THIMUN Singapore – A MUNderful Experience
From November 15-20, eleven high school students, along with MUN director Thomas Galvez and chaperone Kasandra Battioni, attended the 7th annual The Hague International Model United Nations (THIMUN) conference in Singapore, hosted at the Hwa Chong Institute.
In order to be chosen for the trip, students had to make it through a rigorous tryout process. About 40 new and experienced high school MUNers tried out, vying for 22 spots on the two teams. Along with developing their understanding of the United Nations and the parliamentary procedures involved in MUN, students had to prepare for and participate in a mock debate and write a brief position/research paper on the country they were given to represent in context of the debate topic. The successful students participated thoughtfully in the debate and wrote thorough papers. Selected students were placed on the THIMUN team or the BEIMUN team (Beijing International MUN, taking place in March 2012).
The eleven students chosen for THIMUN had to get to work right away since the conference was only a couple of months after the tryout. The conference organizers assigned us The Philippines and United Nations Population Fund (UNFPA) as our delegations. So, after assigning each student to one of the delegations and a specific forum, the first step was to do background research on their country or organization. The students did this collaboratively by using the MUN blog.
With this background understanding developing, the students needed to get researching their forum topics since these are for what resolutions are created and debated. Each forum has 4-6 topics. A resolution is a formal document that provides preambulatory clauses of background information on the topic and operative clauses of solutions that endeavor to solve the problem presented in the topic. The solutions the students develop must be in-line with their country’s or organization’s policies and perspectives, but still work to solve the problem with a global perspective in mind. Each student was expected to write at least one complete resolution for a topic and at least three operative clauses for the other topics in their forum.
Some examples of topics in each of the forums SIS students were in are:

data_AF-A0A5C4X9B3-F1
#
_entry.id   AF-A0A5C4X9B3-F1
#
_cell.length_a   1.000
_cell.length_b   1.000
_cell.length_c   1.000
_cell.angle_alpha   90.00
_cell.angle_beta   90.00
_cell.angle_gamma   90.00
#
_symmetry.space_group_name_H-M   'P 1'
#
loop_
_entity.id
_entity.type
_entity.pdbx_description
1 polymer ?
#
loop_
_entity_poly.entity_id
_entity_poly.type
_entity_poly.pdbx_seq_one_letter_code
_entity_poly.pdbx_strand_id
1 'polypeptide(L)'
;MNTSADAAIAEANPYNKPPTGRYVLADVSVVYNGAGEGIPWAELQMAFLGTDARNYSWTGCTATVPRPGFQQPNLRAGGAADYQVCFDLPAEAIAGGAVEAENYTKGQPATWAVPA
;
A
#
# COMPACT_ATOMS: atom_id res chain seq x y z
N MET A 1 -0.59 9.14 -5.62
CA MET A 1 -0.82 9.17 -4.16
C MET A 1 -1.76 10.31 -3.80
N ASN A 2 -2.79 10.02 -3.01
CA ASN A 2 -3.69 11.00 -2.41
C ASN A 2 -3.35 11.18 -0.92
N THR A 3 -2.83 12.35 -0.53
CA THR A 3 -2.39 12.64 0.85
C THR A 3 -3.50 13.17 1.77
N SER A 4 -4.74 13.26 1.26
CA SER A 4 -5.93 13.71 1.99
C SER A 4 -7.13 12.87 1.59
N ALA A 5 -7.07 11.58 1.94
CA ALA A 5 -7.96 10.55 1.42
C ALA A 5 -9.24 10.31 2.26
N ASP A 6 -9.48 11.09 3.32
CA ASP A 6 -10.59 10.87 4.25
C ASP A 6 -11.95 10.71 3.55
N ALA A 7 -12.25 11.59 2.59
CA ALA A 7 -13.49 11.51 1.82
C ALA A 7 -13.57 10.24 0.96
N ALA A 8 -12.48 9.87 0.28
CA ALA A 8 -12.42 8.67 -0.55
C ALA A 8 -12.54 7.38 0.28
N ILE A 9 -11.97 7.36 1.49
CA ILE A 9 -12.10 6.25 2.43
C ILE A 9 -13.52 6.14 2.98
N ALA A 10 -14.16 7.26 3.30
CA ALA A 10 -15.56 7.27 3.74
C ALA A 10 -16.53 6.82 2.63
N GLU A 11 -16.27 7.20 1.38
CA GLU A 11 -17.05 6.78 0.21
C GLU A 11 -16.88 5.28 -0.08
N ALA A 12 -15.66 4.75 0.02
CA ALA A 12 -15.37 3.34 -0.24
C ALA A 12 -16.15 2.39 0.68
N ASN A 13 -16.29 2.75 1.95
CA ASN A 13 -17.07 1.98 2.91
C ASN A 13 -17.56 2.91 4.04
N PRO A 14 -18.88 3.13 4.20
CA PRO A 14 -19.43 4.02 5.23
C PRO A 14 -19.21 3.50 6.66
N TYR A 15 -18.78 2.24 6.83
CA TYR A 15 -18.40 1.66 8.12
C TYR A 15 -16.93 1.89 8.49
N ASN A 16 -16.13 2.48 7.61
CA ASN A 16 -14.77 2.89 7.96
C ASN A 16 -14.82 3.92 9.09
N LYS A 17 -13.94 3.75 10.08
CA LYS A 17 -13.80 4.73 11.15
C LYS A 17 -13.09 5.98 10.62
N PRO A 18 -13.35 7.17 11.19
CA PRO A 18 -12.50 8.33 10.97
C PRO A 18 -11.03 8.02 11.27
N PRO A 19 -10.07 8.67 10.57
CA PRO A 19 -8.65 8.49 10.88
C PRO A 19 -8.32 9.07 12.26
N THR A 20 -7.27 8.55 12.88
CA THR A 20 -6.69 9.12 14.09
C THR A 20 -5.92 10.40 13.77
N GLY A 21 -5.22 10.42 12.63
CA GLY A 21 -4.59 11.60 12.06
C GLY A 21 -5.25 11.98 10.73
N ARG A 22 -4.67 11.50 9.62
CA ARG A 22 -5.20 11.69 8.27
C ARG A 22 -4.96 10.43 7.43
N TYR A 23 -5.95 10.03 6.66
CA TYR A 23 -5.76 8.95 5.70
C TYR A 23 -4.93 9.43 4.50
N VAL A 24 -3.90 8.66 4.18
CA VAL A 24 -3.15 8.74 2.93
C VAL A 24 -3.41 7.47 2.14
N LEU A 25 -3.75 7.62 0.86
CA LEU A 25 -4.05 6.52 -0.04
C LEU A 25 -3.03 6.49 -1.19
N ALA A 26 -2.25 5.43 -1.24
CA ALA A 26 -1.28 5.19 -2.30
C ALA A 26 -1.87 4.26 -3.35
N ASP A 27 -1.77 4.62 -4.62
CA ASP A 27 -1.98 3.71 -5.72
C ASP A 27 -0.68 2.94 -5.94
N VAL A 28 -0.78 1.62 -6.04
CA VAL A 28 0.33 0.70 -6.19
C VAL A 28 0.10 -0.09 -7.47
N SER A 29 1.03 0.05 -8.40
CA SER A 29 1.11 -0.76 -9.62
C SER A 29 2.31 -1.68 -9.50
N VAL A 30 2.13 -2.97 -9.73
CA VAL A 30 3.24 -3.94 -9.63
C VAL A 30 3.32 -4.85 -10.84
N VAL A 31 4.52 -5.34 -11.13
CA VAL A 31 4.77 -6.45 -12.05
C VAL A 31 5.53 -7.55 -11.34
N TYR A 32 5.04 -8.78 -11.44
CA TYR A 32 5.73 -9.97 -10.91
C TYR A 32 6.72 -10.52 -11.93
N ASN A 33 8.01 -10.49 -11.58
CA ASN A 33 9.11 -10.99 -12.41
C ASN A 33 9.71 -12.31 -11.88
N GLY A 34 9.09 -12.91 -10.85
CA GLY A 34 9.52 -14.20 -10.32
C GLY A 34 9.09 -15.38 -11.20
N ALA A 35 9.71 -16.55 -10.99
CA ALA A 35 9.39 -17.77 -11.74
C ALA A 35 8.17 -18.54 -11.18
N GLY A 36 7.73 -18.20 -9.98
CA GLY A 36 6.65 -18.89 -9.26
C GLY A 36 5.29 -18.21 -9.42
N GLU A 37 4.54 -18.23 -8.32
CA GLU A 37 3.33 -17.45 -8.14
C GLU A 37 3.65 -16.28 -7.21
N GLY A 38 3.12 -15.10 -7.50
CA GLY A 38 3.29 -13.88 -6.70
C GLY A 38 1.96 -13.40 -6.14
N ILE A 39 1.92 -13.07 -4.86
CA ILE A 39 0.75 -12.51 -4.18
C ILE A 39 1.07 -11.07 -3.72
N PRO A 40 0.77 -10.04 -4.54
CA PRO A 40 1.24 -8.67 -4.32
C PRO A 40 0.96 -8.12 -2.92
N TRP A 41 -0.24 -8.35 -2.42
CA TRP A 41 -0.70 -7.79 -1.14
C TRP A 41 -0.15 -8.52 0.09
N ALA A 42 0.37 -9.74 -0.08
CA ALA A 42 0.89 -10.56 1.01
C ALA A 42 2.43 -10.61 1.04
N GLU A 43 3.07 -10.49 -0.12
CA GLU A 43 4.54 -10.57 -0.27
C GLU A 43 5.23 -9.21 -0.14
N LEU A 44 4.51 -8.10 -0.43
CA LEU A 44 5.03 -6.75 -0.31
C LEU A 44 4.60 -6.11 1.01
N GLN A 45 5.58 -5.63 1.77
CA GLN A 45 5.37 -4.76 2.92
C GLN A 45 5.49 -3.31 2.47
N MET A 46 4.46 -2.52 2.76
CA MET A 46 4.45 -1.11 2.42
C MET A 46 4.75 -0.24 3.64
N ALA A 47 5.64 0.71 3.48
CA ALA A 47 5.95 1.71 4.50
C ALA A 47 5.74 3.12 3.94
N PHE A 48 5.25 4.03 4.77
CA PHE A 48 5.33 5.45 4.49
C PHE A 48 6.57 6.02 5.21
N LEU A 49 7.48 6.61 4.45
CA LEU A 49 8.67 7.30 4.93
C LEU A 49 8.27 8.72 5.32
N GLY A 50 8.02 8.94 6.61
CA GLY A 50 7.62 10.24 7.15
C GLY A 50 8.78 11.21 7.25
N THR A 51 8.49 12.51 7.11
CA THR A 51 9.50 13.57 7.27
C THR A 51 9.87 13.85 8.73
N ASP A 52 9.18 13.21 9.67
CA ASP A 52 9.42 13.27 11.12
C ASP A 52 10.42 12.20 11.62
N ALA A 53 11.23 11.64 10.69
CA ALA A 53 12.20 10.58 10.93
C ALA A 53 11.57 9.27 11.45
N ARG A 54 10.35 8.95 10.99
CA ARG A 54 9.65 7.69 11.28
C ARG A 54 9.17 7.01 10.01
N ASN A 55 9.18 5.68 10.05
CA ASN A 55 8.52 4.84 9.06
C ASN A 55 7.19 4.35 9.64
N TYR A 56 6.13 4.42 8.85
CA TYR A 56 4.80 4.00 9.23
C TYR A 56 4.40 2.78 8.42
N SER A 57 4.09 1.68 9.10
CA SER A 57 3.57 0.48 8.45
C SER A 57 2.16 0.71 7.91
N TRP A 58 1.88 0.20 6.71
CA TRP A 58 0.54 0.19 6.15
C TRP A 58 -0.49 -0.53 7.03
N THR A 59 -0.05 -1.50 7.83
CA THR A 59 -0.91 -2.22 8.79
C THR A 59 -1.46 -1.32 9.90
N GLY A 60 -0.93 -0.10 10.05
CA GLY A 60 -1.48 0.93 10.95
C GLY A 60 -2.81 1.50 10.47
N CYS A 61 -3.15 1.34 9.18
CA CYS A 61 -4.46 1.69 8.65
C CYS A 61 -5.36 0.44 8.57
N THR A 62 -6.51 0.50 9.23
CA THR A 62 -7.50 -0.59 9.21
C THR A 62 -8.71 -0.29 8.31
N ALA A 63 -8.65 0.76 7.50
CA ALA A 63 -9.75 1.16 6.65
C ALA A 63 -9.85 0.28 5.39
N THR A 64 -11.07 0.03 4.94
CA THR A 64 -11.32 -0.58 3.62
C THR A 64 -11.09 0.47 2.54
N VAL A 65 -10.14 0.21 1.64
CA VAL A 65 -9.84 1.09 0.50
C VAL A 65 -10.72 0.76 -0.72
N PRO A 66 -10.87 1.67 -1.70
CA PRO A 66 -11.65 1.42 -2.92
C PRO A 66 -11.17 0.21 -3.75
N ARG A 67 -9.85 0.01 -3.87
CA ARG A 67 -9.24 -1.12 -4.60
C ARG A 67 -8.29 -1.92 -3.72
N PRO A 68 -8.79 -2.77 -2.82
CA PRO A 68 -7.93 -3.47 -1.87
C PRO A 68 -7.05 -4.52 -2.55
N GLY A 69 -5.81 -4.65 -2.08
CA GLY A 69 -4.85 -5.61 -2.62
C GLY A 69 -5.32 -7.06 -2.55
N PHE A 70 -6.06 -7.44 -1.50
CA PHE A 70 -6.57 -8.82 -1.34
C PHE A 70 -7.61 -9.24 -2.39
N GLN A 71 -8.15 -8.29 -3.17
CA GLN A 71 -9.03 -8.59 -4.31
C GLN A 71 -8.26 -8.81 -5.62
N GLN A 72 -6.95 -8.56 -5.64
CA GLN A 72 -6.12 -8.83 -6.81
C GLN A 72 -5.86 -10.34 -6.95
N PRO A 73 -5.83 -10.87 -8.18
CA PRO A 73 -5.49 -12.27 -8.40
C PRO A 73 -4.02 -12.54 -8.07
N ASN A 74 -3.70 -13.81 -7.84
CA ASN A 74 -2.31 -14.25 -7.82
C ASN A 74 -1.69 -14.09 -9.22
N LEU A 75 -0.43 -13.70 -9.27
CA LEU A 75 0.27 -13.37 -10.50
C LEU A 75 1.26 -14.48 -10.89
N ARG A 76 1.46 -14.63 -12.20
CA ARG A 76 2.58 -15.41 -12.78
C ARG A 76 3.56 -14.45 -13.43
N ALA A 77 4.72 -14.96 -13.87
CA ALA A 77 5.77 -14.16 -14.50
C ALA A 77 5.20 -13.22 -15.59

General Assembly 1 (Disarmament)- Assistance to States for curbing the illicit traffic in small arms and light weapons;
General Assembly 2 (Economic and Financial)- Agriculture development and food security;
General Assembly 3 (Social, Humanitarian, and Cultural)- Promotion of literacy as a means of preserving cultural identity;
General Assembly 5 (Administration and Budgetary)- Monitoring the financial impact of pandemic diseases;
General Assembly 6 (Legal)- Enabling international cooperation against the world drug problem;
Economic and Social Council (ECOSOC)- Measures against the sexual exploitation of children;
Human Rights Council (HRC)- Promoting and protecting the rights to freedom of peaceful assembly and association.
The first day of the conference saw the students lobbying and merging. This is where students cooperate and collaborate with other like-minded delegations to fuse and build stronger resolutions that can hopefully pass after a rigorous debate once the sessions start. In this situation, students can become the main submitter or a co-submitter of the resolution. The main submitter is the delegate who initially presents the resolution to the forum and gives the first speech about it. A co-submitter participates intimately in the debate, as well, by giving speeches and asking points of information. All SIS students co-submitted at least one resolution, and one student, Christine Lee, was the main submitter of a resolution.
The remaining three days saw the students debating in their respective forums. The students worked vigorously in the debate process to get resolutions to pass. Though not all resolutions received a majority passing vote, the process and experience each time helped the students understand and evaluate the necessary steps to solve some of the most pressing issues in today’s world.
Jun Jun Feng (G10) and Christina Lee (G10) both went into the conference thinking it was going to be slightly boring, but came away saying its was exciting and fun. Jun Jun also mentioned she came away from the conference with a new best friend, a delegate from another school. Christina was pleasantly surprised at the professional level in which the student officers and administrative staff ran the conference. All students came back very enthusiastic about their MUN experience and look forward to doing it again.
In all, a MUN conference like THIMUN Singapore is a wonderful experience for students. It develops all of the ESLRs in the students and they make connections with many other students from around the world, most of whom they will keep in contact for many years to come with wonderful social media technologies like Facebook and Skype. Hopefully many of these students will stick with MUN throughout their high school years. The more they do it, the better they get, the more their confidence builds, and the deeper they understand global issues. We look forward to hear how the BEIMUN team does in March 2012!
To read more stories about Shekou International School visit their website: www.sis.org.cn/why-choose-sis